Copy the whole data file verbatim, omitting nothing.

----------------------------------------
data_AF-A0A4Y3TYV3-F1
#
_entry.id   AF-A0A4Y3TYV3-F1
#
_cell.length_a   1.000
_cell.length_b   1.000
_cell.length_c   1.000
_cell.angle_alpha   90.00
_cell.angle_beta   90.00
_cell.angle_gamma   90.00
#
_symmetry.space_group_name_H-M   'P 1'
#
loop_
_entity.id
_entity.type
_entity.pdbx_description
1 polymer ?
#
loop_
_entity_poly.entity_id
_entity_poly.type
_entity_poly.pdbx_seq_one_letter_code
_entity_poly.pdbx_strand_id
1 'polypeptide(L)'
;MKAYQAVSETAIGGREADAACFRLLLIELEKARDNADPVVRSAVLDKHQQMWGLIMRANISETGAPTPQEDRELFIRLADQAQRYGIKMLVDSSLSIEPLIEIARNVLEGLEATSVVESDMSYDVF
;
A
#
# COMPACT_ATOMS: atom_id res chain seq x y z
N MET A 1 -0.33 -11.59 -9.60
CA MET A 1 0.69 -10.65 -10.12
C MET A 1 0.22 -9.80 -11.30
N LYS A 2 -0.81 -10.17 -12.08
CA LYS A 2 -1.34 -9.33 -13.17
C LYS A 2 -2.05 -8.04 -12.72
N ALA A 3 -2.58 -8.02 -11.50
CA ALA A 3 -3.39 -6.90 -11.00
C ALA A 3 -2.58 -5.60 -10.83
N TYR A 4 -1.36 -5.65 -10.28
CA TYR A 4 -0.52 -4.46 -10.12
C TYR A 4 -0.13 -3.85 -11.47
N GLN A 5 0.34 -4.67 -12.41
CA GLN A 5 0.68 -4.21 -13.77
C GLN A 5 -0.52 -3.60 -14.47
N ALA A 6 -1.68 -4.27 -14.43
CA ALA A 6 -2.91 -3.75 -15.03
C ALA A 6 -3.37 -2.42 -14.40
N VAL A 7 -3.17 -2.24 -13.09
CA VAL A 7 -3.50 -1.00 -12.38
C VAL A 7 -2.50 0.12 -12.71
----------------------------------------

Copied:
data_AF-A0A4Y3TYV3-F1
#
_entry.id   AF-A0A4Y3TYV3-F1
#
_cell.length_a   1.000
_cell.length_b   1.000
_cell.length_c   1.000
_cell.angle_alpha   90.00
_cell.angle_beta   90.00
_cell.angle_gamma   90.00
#
_symmetry.space_group_name_H-M   'P 1'
#
loop_
_entity.id
_entity.type
_entity.pdbx_description
1 polymer ?
#
loop_
_entity_poly.entity_id
_entity_poly.type
_entity_poly.pdbx_seq_one_letter_code
_entity_poly.pdbx_strand_id
1 'polypeptide(L)'
;MKAYQAVSETAIGGREADAACFRLLLIELEKARDNADPVVRSAVLDKHQQMWGLIMRANISETGAPTPQEDRELFIRLADQAQRYGIKMLVDSSLSIEPLIEIARNVLEGLEATSVVESDMSYDVF
;
A
#
# COMPACT_ATOMS: atom_id res chain seq x y z
N MET A 1 -0.33 -11.59 -9.60
CA MET A 1 0.69 -10.65 -10.12
C MET A 1 0.22 -9.80 -11.30
N LYS A 2 -0.81 -10.17 -12.08
CA LYS A 2 -1.34 -9.33 -13.17
C LYS A 2 -2.05 -8.04 -12.72
N ALA A 3 -2.58 -8.02 -11.50
CA ALA A 3 -3.39 -6.90 -11.00
C ALA A 3 -2.58 -5.60 -10.83
N TYR A 4 -1.36 -5.65 -10.28
CA TYR A 4 -0.52 -4.46 -10.12
C TYR A 4 -0.13 -3.85 -11.47
N GLN A 5 0.34 -4.67 -12.41
CA GLN A 5 0.68 -4.21 -13.77
C GLN A 5 -0.52 -3.60 -14.47
N ALA A 6 -1.68 -4.27 -14.43
CA ALA A 6 -2.91 -3.75 -15.03
C ALA A 6 -3.37 -2.42 -14.40
N VAL A 7 -3.17 -2.24 -13.09
CA VAL A 7 -3.50 -1.00 -12.38
C VAL A 7 -2.50 0.12 -12.71